Ernest Hemingway was a first-rate novelist, but many scholars believe he was an even better short story writer, and many of today’s top writers (including Idaho’s own Marilynne Robinson) count “In Our Time” as a book that made an impact on them. And to help readers better understand Hemingway’s masterpieces, George Monteiro of Brown University dissects several Hemingway short stories in his book “A Critical Appreciation: The Hemingway Short Story.”
All three of Hemingway’s collections are represented in Monteiro’s creation. Essays, presented as chapters, from 1925’s “In Our Time,” include the one-two punch “Indian Camp” and “The Doctor and the Doctor’s Wife,” which are linked thematically. In the latter, autobiographical Nick Adams story, Monteiro points out that Nick observing his father losing an argument to both Dick Boulton and Mrs. Adams is based on real-life events. Hemingway’s mother was the domineering figure in the Hemingway household, just like Mrs. Adams is presented in the story. In “Indian Camp,” the first story of “In Our Time,” Monteiro directs the readers’ attention to the masterful manner in which Hemingway wrote about “Death in the midst of life” as Dr. Adams delivers an American Indian woman’s baby (by C-section) while her husband does something unthinkable in the upper bunk.
Monteiro’s analysis of the final story in “In Our Time” — “Big Two-Hearted River” — explores Nick Adams’ uneventful fishing excursion to Michigan’s Upper Peninsula (based on a trip to Fox River). Monteiro believes the story is a “post-war parable of trauma” and is instructional, proven in the passage in which Nick threads his bait, a grasshopper: “Nick took him by the head and held him while he threaded the slim hook under his chin, down through his thorax and into the last segments of his abdomen.”
The main story Monteiro writes about from “Men Without Women” (1927) is “Hills Like White Elephants,” taught annually in high school and college. This one-scene, sparse story set in a train station in Spain features a boy and girl (Jig) discussing abortion in a nonchalant but melancholic manner: “It’s really an awfully simple operation, Jig. … It’s not really an operation at all. ... It’s just to let the air in. … And you think then we’ll be all right and be happy.” According to Monteiro, Hemingway may have received the germ of the story from his friend Robert McAlmon, whose friend had an abortion and her “attitude was very casual,” just like the dialogue of the story. In true Hemingway style, the outcome of the conversation is never divulged.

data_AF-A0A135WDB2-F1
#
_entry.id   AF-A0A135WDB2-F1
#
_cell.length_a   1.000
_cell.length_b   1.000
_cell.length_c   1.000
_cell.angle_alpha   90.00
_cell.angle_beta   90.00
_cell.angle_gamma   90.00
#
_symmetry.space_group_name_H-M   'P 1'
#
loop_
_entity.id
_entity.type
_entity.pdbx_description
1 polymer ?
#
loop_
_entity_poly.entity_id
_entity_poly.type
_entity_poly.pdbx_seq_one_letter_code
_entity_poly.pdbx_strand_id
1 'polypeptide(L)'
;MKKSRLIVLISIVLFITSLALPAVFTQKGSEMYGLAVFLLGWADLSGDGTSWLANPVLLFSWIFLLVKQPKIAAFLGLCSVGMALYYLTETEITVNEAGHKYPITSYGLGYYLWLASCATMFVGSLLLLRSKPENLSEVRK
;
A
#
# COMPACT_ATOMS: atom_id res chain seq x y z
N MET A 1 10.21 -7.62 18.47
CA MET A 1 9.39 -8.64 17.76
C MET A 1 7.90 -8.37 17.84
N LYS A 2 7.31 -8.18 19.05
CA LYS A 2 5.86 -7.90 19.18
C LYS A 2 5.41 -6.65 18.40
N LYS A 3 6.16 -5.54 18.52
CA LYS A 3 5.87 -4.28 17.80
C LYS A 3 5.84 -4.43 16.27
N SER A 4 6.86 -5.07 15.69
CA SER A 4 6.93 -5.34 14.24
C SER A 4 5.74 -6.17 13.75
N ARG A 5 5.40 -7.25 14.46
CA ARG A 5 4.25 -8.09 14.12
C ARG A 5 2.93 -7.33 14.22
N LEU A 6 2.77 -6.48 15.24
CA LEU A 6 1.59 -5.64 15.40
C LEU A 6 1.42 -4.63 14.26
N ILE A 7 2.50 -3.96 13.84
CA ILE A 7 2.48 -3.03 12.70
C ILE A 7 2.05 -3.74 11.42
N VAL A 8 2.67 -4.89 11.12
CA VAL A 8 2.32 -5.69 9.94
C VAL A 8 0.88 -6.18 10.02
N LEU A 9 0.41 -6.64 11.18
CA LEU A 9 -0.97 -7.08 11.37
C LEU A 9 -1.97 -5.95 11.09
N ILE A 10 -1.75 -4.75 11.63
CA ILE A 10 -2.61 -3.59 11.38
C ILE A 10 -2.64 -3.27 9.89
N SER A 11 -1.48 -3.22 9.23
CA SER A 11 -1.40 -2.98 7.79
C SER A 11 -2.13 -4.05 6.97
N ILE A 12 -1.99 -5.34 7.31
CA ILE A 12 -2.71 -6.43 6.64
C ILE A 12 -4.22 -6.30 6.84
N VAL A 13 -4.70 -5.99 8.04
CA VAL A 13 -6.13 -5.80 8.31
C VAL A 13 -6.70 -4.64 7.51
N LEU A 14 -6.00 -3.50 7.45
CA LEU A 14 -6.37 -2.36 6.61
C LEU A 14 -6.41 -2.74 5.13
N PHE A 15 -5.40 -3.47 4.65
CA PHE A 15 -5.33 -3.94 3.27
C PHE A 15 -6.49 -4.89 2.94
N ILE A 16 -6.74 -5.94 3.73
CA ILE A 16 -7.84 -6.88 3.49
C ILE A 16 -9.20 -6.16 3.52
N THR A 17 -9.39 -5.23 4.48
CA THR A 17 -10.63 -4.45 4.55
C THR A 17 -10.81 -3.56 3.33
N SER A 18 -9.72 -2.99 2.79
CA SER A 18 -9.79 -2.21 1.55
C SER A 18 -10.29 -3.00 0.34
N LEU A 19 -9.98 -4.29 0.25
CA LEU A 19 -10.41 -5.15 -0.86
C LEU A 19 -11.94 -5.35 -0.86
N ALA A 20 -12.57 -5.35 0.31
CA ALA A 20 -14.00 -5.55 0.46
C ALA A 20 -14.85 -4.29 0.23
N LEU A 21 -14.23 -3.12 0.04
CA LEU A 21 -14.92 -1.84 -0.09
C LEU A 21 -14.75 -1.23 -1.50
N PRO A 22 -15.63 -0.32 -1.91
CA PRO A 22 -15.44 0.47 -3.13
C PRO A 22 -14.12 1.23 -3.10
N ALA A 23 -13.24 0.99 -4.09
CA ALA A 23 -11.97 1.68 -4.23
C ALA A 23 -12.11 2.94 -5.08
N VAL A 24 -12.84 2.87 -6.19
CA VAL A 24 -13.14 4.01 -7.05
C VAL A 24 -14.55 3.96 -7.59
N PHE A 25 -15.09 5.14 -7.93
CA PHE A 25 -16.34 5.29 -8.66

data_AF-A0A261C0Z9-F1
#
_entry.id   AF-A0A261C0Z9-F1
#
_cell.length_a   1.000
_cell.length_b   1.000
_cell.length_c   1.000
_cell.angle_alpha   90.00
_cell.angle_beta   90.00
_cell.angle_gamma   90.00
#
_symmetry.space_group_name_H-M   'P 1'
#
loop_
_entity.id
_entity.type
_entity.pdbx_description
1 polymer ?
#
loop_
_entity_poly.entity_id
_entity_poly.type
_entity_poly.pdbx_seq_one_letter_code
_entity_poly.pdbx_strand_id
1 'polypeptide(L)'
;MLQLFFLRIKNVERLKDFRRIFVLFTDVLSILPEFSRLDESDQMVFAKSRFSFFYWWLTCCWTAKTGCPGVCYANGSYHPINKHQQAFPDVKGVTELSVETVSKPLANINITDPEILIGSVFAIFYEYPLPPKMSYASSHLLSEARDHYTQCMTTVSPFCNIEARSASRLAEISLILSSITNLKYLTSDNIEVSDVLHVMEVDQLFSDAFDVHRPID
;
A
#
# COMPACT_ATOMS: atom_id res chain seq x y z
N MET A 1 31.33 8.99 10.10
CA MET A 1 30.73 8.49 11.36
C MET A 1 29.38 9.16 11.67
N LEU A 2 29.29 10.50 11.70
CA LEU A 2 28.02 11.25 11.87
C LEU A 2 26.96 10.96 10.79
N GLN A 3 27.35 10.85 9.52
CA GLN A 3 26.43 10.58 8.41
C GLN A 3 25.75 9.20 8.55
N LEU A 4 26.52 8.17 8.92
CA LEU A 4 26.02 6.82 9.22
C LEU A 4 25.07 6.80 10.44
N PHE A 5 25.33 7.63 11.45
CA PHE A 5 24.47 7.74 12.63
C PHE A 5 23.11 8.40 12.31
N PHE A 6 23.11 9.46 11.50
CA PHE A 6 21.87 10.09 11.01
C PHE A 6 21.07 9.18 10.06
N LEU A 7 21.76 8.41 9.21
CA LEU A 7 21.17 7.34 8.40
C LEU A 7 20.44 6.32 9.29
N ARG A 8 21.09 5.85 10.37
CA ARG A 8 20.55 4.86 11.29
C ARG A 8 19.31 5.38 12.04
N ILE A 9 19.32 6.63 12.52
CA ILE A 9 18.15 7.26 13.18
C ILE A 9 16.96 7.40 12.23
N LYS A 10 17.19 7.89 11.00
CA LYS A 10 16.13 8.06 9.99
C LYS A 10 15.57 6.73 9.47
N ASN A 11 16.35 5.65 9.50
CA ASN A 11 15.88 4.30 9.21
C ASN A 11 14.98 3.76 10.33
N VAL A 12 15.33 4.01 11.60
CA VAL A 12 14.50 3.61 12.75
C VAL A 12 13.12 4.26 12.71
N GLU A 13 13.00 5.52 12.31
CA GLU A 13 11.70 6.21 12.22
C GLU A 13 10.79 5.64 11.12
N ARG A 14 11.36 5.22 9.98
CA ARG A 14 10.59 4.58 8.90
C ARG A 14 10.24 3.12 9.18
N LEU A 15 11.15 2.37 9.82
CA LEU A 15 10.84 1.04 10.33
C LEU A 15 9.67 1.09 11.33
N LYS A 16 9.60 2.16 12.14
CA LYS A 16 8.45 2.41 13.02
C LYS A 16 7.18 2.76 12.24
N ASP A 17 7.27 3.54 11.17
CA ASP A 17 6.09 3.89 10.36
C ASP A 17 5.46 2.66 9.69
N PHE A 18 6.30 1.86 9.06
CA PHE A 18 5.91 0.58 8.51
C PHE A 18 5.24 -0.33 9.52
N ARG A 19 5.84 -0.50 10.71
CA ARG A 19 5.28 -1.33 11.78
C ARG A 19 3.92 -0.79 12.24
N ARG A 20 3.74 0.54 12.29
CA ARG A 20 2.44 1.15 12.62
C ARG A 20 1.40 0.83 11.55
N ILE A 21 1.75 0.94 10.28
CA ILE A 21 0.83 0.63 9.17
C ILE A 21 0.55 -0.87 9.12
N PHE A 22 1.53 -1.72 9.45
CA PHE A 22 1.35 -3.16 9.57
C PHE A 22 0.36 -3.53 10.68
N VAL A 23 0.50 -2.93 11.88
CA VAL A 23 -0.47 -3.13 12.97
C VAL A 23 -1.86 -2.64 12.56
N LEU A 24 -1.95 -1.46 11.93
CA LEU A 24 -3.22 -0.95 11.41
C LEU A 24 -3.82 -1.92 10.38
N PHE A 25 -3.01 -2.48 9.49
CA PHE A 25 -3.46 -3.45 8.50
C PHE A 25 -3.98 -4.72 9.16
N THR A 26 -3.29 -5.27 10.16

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“Winner Take Nothing” receives the most attention in Monteiro’s study. The author explicates all 14 stories comprising the 1933 collection, including “After the Storm,” featuring an unnamed narrator, an outlaw, who scholars believe is Harry Morgan, the protagonist of 1937’s “To Have and Have Not” — the first novel released after “A Farewell to Arms.” The third story is “The Light of the World” a tramp/hobo tale written in the spirit of the two Jacks: London and Kerouac. It features two teens, Tommy and Nick Adams, who “have taken to the road.” The action takes place in a bar and at a train station in Michigan with “six white men … four Indians … and five whores.”
Monteiro discusses the Christian allusion in the title: “I am the light of the world; he that followeth me shall not walk in darkness, but shall have the light of love” (John 8:12). Hemingway did not favor scholarly explanation, but a reader might infer that all of the characters in the story are God’s lights of the world. In the most popular story of the lot, “A Clean, Well-lighted Place,” two waiters discuss an elderly patron’s botched suicide. In the story, Hemingway writes that the old man has dignity and, “The old man is clean. He drinks without spilling,” but why does being clean matter? The word clean is in the title, and Monteiro’s book provides the answer. Monteiro also addresses the prayerful blasphemy in the story: “Our nada who art in nada, nada be thy name thy kingdom nada. … ” Nada, after all, is in the title of the collection Winner Take Nothing, so Hemingway may have written it intentionally.
Monteiro’s creation also includes essays about “The Short Happy Life of Francis Macomber,” addressing Margot Macomber’s errant bullet, and “The Snows of Kilimanjaro,” in which Monteiro discusses Hemingway’s philosophy about symbolism. If you are a Hemingway fan, or you cannot find a new author to read, dive into Hemingway’s short stories. Begin with “In Our Time” — the collection that the great British author D.H. Lawrence said is “unified in a unique way.”
Wayne Catan teaches English literature at Brophy College Preparatory in Phoenix.
“A Critical Appreciation: The Hemingway Short Story”
by George Monteiro;